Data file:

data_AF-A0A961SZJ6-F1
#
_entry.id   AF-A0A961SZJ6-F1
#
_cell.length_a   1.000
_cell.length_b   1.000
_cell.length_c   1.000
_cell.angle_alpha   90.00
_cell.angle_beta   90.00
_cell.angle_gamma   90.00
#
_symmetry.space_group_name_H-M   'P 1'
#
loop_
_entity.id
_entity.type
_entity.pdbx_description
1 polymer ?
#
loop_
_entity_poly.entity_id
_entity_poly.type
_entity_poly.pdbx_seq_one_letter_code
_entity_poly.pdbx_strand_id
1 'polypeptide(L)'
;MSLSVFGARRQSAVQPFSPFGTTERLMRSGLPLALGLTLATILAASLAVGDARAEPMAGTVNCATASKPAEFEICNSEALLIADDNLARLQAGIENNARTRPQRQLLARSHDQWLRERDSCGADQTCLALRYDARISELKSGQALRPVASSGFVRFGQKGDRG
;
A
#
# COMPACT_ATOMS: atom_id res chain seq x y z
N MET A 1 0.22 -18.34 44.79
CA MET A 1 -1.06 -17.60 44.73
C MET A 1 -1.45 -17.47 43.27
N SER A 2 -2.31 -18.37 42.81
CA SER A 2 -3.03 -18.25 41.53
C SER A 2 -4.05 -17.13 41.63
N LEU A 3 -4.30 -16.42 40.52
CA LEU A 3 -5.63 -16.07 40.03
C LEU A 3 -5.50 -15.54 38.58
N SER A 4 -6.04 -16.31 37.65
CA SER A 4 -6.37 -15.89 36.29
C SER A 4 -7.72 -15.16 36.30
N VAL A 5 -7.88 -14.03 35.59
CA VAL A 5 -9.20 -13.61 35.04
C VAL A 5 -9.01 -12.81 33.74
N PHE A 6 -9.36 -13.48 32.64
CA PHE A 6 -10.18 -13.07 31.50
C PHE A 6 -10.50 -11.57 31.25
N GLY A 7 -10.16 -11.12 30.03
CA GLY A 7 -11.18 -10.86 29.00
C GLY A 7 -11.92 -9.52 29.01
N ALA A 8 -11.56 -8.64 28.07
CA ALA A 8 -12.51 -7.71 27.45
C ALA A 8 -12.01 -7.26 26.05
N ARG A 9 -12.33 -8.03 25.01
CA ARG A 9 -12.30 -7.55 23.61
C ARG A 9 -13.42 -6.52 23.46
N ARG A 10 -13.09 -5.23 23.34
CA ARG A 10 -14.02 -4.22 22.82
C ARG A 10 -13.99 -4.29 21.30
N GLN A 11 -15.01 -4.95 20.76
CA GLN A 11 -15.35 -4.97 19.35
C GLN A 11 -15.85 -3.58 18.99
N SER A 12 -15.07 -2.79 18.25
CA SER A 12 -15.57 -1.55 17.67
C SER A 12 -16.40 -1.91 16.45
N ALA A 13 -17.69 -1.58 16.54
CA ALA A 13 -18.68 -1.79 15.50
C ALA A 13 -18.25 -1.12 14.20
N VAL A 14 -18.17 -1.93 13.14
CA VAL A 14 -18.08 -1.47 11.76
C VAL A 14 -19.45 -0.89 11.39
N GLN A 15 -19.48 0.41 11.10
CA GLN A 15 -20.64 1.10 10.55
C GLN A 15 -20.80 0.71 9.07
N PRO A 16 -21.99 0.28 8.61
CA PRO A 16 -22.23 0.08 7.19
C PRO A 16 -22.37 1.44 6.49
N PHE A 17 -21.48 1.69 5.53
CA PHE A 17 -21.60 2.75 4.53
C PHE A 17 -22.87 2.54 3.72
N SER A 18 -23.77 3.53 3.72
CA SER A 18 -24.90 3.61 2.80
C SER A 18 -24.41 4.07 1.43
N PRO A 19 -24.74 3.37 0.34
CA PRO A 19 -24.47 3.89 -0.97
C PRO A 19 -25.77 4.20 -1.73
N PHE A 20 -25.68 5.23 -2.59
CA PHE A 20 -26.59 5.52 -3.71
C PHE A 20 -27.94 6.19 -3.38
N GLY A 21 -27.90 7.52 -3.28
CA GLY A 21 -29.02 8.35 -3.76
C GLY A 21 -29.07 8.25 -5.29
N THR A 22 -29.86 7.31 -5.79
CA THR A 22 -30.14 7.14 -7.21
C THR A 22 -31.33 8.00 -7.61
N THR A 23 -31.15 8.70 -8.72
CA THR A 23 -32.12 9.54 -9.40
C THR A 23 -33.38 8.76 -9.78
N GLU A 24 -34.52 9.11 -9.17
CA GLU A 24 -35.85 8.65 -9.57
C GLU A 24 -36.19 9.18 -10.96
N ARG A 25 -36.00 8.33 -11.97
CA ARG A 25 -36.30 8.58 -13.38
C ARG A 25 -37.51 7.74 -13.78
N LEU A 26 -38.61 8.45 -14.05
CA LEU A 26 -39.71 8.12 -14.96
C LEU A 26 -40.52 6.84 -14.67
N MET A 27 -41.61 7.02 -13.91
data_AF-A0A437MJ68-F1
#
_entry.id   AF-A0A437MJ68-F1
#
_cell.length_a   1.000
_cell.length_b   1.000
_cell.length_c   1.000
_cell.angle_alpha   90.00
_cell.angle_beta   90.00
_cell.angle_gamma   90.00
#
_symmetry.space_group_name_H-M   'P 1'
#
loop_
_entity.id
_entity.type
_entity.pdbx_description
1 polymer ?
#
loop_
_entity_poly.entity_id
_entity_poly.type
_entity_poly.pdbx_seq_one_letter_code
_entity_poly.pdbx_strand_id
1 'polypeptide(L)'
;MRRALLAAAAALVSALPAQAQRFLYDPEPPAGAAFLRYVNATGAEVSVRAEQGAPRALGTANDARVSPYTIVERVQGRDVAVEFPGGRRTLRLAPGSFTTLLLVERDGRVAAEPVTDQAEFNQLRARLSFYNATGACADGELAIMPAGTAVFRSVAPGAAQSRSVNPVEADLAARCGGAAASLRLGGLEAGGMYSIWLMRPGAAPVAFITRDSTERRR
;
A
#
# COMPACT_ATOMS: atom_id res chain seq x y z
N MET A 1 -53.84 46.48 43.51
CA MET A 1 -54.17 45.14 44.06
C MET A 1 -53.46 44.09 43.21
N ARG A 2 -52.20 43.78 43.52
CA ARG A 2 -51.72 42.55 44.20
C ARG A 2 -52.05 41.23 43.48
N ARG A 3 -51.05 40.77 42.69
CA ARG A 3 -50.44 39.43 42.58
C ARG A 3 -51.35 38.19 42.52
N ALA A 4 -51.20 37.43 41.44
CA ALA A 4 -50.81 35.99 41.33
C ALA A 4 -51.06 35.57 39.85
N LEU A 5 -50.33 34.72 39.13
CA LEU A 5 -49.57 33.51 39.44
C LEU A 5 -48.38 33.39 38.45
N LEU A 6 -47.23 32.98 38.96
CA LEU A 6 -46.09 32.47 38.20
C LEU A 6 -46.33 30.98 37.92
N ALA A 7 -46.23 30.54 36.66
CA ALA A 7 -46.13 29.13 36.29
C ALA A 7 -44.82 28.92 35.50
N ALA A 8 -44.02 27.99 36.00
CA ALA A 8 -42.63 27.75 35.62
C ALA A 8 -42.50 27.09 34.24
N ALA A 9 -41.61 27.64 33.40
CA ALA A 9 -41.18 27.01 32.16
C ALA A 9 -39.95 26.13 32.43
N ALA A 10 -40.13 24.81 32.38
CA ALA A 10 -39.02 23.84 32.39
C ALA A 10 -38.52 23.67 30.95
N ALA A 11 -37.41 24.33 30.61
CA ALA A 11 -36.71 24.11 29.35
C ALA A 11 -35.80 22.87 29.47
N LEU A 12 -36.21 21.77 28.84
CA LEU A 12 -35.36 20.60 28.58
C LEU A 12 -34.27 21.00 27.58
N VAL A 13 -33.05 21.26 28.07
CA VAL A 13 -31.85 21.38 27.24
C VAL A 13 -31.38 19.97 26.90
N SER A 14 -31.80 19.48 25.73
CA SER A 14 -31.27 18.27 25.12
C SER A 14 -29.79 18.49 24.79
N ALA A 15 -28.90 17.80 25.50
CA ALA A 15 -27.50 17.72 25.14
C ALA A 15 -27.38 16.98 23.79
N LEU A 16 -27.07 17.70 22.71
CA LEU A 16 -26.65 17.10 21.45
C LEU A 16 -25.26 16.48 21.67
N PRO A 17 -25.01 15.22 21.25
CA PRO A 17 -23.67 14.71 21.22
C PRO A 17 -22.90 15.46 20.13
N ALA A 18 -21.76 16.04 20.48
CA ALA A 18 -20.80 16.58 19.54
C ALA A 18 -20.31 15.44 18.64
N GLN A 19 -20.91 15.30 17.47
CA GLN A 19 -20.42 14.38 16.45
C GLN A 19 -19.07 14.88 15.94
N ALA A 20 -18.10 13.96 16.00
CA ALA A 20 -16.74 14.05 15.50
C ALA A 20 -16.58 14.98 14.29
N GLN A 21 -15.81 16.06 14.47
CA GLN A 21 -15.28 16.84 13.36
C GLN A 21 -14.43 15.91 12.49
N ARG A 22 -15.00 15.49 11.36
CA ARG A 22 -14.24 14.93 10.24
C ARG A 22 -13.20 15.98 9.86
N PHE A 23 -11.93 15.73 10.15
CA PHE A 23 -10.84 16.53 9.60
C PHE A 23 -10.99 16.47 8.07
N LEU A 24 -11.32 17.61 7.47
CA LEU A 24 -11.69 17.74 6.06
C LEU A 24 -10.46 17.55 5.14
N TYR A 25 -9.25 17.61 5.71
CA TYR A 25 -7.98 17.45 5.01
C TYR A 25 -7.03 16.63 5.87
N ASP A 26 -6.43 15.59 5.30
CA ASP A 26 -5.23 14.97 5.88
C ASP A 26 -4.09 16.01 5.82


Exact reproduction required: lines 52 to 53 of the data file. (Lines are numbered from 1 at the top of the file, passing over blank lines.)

N ALA A 8 -11.56 -8.64 28.07
CA ALA A 8 -12.51 -7.71 27.45